Images of this find were sent to Trevor Parker of the Ordnance Society. He confirmed that these three shell cases belong to a six-pounder Hotchkiss gun. This particular type of gun was introduced in 1884 for use against torpedo boats. They were used during First World War on the Arethusa and early 'C' class cruisers and a few submarines as well as on Monitors M.15 through M.33. Originally French in origin, they were introduced to Britain in 1886 (Tucker 2013). Many were subsequently used as sub-calibre and saluting guns which meant that they were still available in 1939 (Naval Weapons,…
Created on: Friday 8th September 2017
Last updated: Thursday 5th October 2017
Spatial data recorded.


  • Thumbnail image of MAS-F100111

Record ID: MAS-F100111
Object type: AIRCRAFT COMPONENT
Broad period: MODERN
County: East Sussex
Workflow stage: Published Find published
Aluminium aircraft section, heavily corroded and damaged. No identifying marks or plates visible, though two cross member plate remnants present. 870 x 45mm. The lack of identifying marks means that the type and origin of the aircraft cannot be definitively identified from this recovered section. Initially thought to be part of a piston engine support frame from something like a Spitfire fighter, a Dakota transport aircraft, or perhaps one of the multi-engined bombers,this theory was discarded as these are generally circular in section. The double row of rivet holes down one side (pre…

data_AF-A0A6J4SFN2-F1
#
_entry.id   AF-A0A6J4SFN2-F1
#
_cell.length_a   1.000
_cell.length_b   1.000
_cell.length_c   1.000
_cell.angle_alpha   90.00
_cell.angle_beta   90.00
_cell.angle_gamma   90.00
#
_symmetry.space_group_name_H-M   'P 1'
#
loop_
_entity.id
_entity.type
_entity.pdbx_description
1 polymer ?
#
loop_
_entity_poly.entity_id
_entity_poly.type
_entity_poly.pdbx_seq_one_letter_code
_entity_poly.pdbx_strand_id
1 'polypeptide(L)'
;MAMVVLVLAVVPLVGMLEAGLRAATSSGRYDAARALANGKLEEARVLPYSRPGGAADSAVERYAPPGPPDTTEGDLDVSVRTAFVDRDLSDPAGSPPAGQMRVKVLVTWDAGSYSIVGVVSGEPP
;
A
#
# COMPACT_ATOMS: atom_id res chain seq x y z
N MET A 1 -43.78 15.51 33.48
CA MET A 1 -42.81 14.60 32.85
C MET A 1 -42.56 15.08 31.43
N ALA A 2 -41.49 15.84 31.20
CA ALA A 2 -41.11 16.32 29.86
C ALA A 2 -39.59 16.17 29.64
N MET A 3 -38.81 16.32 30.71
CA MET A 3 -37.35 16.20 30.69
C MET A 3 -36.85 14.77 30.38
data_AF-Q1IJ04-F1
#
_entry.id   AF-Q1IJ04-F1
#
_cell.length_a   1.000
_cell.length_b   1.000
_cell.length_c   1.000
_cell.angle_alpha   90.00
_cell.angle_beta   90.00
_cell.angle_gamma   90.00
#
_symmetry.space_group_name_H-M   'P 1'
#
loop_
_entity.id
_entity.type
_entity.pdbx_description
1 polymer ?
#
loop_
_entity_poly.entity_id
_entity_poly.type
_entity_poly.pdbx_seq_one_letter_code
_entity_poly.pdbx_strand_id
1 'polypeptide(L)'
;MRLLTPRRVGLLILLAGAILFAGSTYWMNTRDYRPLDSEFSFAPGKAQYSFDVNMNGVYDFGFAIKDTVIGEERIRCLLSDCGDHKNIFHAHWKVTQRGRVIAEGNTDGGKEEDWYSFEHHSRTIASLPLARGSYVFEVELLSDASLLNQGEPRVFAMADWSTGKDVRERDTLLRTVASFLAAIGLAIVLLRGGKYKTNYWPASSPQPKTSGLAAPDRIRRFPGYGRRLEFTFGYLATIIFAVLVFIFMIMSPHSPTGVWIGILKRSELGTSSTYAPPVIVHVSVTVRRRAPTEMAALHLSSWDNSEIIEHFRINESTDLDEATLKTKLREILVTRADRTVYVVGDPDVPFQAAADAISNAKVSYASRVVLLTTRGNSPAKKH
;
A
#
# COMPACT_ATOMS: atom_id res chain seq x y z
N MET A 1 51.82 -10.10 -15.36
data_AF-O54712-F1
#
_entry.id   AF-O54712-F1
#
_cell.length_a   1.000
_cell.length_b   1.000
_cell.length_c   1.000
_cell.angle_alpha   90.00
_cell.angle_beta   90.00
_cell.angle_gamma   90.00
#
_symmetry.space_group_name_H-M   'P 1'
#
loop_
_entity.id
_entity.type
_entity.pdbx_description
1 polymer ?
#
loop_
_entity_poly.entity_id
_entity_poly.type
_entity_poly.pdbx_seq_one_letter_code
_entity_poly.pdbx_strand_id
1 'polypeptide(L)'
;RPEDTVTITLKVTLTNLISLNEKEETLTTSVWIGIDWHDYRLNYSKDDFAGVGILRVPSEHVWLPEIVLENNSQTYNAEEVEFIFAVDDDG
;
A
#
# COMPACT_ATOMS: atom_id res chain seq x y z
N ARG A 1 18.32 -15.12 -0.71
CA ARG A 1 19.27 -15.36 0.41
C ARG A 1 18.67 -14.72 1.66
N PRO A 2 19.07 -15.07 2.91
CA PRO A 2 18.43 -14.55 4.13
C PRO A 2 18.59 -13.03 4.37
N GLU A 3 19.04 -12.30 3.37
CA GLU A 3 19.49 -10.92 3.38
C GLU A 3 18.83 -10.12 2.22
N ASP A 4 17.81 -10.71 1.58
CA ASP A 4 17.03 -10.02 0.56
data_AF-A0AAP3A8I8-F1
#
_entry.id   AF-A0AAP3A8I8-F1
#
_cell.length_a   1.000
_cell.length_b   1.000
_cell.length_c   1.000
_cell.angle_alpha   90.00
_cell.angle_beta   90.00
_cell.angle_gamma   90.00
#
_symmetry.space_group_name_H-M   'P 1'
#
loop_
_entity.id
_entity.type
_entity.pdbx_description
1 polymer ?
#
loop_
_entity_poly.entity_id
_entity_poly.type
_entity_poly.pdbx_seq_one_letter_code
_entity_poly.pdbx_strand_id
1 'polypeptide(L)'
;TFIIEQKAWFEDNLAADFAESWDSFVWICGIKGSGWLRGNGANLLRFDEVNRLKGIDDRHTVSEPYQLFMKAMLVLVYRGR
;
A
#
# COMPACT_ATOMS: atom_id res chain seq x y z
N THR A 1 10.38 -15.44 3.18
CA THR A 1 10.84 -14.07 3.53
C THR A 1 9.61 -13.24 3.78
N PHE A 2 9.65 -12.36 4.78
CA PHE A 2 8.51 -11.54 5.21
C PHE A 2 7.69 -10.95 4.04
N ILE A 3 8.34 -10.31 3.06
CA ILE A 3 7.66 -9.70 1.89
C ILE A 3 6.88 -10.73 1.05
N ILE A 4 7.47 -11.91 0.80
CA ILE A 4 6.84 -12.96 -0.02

Created on: Wednesday 23rd August 2017
Last updated: Wednesday 23rd May 2018
Spatial data recorded.


  • Thumbnail image of MAS-F100110

Record ID: MAS-F100110
Object type: POST
Broad period: POST MEDIEVAL
County: East Sussex
Workflow stage: Published Find published
Heavily eroded and abraded timber fragment with marine borer and growth present. As it is so worn, it is difficult to tell what type of wood it is and whether this fragment was originally completely shaped and worked, or just partially worked to achieve its function. The timber does not exhibit any evidence or staining from fastenings, however, there is one hole that could have been a fastening point at some stage. It is thought that this fragment may be a broken post or groyne timber that has come from a beach rather than material relating to a wreck. Groynes are wooden barriers bui…
Created on: Wednesday 23rd August 2017
Last updated: Tuesday 8th May 2018
Spatial data recorded.